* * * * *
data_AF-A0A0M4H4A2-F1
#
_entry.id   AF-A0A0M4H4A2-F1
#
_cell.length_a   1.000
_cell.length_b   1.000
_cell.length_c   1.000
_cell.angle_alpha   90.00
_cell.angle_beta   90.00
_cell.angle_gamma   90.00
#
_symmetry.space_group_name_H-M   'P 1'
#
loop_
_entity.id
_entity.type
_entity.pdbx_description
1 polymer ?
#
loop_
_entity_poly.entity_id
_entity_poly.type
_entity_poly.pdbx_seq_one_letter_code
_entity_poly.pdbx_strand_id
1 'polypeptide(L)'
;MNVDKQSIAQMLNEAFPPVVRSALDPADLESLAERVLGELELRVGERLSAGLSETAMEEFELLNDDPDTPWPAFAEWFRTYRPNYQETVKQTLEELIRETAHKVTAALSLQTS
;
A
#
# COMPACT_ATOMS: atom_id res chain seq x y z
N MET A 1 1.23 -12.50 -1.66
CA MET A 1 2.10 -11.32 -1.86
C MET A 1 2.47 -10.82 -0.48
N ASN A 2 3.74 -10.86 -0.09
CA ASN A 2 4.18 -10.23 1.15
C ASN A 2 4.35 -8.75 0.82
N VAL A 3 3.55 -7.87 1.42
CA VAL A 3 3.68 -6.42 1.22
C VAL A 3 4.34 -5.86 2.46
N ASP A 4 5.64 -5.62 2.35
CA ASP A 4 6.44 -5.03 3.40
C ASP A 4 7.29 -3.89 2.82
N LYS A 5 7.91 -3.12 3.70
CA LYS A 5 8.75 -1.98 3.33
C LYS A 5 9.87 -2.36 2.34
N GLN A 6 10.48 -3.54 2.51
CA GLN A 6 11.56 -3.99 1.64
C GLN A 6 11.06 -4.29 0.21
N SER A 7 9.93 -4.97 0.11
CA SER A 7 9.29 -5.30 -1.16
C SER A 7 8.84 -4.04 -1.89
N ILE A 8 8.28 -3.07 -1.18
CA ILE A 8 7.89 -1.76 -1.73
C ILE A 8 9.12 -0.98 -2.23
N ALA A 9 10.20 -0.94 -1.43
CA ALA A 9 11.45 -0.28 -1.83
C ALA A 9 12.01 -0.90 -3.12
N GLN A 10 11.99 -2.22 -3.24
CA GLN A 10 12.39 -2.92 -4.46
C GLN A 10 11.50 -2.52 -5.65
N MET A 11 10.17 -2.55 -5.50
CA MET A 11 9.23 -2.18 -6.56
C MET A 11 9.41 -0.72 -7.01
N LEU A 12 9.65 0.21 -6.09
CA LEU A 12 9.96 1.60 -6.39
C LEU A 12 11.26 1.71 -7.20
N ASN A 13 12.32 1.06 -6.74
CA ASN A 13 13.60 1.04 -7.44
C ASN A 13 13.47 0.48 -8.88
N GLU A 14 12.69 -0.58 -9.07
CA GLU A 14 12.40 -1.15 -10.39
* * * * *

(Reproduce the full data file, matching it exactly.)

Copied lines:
data_AF-A0A0M4H4A2-F1
#
_entry.id   AF-A0A0M4H4A2-F1
#
_cell.length_a   1.000
_cell.length_b   1.000
_cell.length_c   1.000
_cell.angle_alpha   90.00
_cell.angle_beta   90.00
_cell.angle_gamma   90.00
#
_symmetry.space_group_name_H-M   'P 1'
#
loop_
_entity.id
_entity.type
_entity.pdbx_description
1 polymer ?
#
loop_
_entity_poly.entity_id
_entity_poly.type
_entity_poly.pdbx_seq_one_letter_code
_entity_poly.pdbx_strand_id
1 'polypeptide(L)'
;MNVDKQSIAQMLNEAFPPVVRSALDPADLESLAERVLGELELRVGERLSAGLSETAMEEFELLNDDPDTPWPAFAEWFRTYRPNYQETVKQTLEELIRETAHKVTAALSLQTS
;
A
#
# COMPACT_ATOMS: atom_id res chain seq x y z
N MET A 1 1.23 -12.50 -1.66
CA MET A 1 2.10 -11.32 -1.86
C MET A 1 2.47 -10.82 -0.48
N ASN A 2 3.74 -10.86 -0.09
CA ASN A 2 4.18 -10.23 1.15
C ASN A 2 4.35 -8.75 0.82
N VAL A 3 3.55 -7.87 1.42
CA VAL A 3 3.68 -6.42 1.22
C VAL A 3 4.34 -5.86 2.46
N ASP A 4 5.64 -5.62 2.35
CA ASP A 4 6.44 -5.03 3.40
C ASP A 4 7.29 -3.89 2.82
N LYS A 5 7.91 -3.12 3.70
CA LYS A 5 8.75 -1.98 3.33
C LYS A 5 9.87 -2.36 2.34
N GLN A 6 10.48 -3.54 2.51
CA GLN A 6 11.56 -3.99 1.64
C GLN A 6 11.06 -4.29 0.21
N SER A 7 9.93 -4.97 0.11
CA SER A 7 9.29 -5.30 -1.16
C SER A 7 8.84 -4.04 -1.89
N ILE A 8 8.28 -3.07 -1.18
CA ILE A 8 7.89 -1.76 -1.73
C ILE A 8 9.12 -0.98 -2.23
N ALA A 9 10.20 -0.94 -1.43
CA ALA A 9 11.45 -0.28 -1.83
C ALA A 9 12.01 -0.90 -3.12
N GLN A 10 11.99 -2.22 -3.24
CA GLN A 10 12.39 -2.92 -4.46
C GLN A 10 11.50 -2.52 -5.65
N MET A 11 10.17 -2.55 -5.50
CA MET A 11 9.23 -2.18 -6.56
C MET A 11 9.41 -0.72 -7.01
N LEU A 12 9.65 0.21 -6.09
CA LEU A 12 9.96 1.60 -6.39
C LEU A 12 11.26 1.71 -7.20
N ASN A 13 12.32 1.06 -6.74
CA ASN A 13 13.60 1.04 -7.44
C ASN A 13 13.47 0.48 -8.88
N GLU A 14 12.69 -0.58 -9.07
CA GLU A 14 12.40 -1.15 -10.39